We’re living in a time of caped crusaders, masked vigilantes, mutants with god complexes… anyway, you get the idea. Plucking a time period of the last ten years out the air to give this thing some parameters, here are my favourites, along with my reasons why.
10. Thor (2011)
Deciding that you’re going to stick a Norse God on screen and do it in a serious manner must have been a tough meeting. However, this is one that Marvel – and director Ken Branagh – pulled off with skill and dexterity, with Chris Hemsworth bringing the golden-haired chap to life with conviction. This film also introduced us to Tom Hiddleston’s Loki – a character that stole every scene he was in and threatened to steal the entire movie.
9. Chronicle (2012)
Newcomer director Josh Trank twisted everyone’s melon with this found footage take on the genre. After three lads explore a hole in the ground they end up with a number of special powers. However one of them (the excellent Dane DeHaan) goes a bit mad with inner torment that causes things to quickly go awry. This film is about as far removed from the rest on the list as you can get, which makes it a refreshing change and worth a watch.
8. X-Men: Days of Future Past (2014)
Absence makes the heart grow fonder. And in the case of director Bryan Singer that was exactly the case, after he returned to the franchise he’d started all those years ago. To give himself a challenge he opted to go for the most mind bending plot yet, involving time travel and fighting in the past and the future. He also drew out some fine performances from Michael Fassbender as Magneto and Jennifer Lawrence as Mystique.
7. Hellboy II: The Golden Army (2008)
Guillermo del Toro really doesn’t get enough credit for the level of detail that went into some of the sets and scenes for this movie. The troll market, in particular, was astonishly detailed and quite masterful. Then there’s his characters, from Ron Perlman’s Hellboy to Doug Jones’ Abe Sapien, each were so well rounded, interesting and, despite their supernatural looks, human and fallible to the core.
6. Iron Man (2008)
Robert Downey Jr. aka an insurance nightmare, aka a massive punt by the studio, aka an actor at possibly the last chance saloon. Well, whadda ya know, he pulled it off, with a performance that wowed critics and audience and started a billion dollar franchise. And now, with his rapid fire delivery of lines and nonchalent attitude, you cannot imagine anyone else in the role.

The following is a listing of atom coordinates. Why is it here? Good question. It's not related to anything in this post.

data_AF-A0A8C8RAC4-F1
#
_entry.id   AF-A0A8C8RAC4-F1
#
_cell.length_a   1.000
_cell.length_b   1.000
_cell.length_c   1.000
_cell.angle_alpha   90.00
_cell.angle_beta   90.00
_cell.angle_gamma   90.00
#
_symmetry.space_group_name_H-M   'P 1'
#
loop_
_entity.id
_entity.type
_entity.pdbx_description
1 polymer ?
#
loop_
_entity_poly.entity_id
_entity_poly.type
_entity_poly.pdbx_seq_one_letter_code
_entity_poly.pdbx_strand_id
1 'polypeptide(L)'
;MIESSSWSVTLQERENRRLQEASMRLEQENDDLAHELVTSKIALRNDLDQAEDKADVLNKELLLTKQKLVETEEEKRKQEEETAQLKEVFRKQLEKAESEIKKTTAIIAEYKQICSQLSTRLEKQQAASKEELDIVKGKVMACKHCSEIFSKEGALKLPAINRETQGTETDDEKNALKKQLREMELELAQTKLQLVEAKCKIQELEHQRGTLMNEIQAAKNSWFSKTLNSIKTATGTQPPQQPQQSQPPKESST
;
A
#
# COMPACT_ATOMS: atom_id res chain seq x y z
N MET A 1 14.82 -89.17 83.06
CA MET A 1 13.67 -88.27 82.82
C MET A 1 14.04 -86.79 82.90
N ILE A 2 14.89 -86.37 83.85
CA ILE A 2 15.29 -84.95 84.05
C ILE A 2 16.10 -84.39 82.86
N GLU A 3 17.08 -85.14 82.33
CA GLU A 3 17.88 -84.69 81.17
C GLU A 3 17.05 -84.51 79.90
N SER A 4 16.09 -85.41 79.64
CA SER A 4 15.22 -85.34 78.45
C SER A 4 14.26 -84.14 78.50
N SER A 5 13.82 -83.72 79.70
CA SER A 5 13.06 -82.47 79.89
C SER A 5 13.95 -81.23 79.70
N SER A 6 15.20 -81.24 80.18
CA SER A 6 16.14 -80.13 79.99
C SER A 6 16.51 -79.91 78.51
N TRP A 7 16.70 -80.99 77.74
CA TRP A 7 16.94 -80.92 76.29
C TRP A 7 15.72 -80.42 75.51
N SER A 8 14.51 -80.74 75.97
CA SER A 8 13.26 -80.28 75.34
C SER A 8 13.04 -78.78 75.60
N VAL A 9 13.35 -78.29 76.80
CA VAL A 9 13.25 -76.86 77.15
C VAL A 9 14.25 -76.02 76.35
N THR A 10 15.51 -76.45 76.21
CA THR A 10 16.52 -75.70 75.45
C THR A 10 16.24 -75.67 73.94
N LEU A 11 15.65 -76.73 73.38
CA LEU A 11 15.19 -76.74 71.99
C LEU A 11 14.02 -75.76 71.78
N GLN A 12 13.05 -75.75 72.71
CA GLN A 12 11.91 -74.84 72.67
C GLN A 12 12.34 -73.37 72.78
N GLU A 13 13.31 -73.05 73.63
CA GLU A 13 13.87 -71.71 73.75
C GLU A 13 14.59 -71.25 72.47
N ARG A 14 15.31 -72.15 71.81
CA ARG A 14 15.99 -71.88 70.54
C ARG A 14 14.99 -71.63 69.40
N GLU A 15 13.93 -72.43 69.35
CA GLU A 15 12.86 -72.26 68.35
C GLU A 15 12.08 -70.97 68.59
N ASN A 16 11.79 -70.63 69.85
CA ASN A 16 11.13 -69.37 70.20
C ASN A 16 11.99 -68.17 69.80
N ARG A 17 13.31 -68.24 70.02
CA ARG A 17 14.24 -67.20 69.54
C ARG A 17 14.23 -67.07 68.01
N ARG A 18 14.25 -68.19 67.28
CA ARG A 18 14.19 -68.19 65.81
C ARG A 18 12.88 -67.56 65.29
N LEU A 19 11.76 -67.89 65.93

5. Watchmen (2009)
Another director that has his critics, yet Zack Snyder managed to bring what was widely considered an unfilmable graphic novel to the screen in a manner which emphatically delivered. Visually, it looked stunning, the story was well handled and the performances (particularly Patrick Wilson’s Nite Owl and Jackie Earle Haley’s Rorschach) were outstanding.
4. Kick Ass (2010)
With everyone’s attention firmly fixed on the big studios for the next superhero film, this one – independently financed – snuck its way onto our screens and made a massive impact. Director Matthew Vaughn managed to rouse Nic Cage from his slumber to deliver a barnstorming performance. He also introduced us to the acting talents of Chloe Grace Moretz.
3. Batman Begins (2005)
It’s easy to forget that Christopher Nolan’s trilogy had to start somewhere for it to be as wildly successful as it was. And it began with Christian Bale and lots of character building. Indeed it was about 45 minutes of screen time before we actually saw Bale as the Bat. Yet it was worth the wait as Nolan had crafted a believable hero for the modern age and firmly shut the door on past versions of the character.
2. The Avengers (2012)
Bringing together a bunch of superheroes in an ensemble piece is a big undertaking. If this hadn’t of worked, Marvel would have had to go back to the drawing board for a serious rethink. Luckily they weren’t to worry for they were in safe hands, those of director Joss Whedon. His sparky dialogue and style perfectly suited to a bunch of heroes that spend almost as much time fighting each other as they do their enemies.
1. The Dark Knight (2008)
What can you say about Heath Ledger’s Joker that hasn’t already been said? Whilst his performance got him a posthumous Oscar, it was not just his film alone (although he stole every scene he was in). Bale – ever the trooper – had to face off against him, and also probably delivered his best performance of the trilogy in what was effectively a triple role as Bruce Wayne the man, the playboy and the vigilante.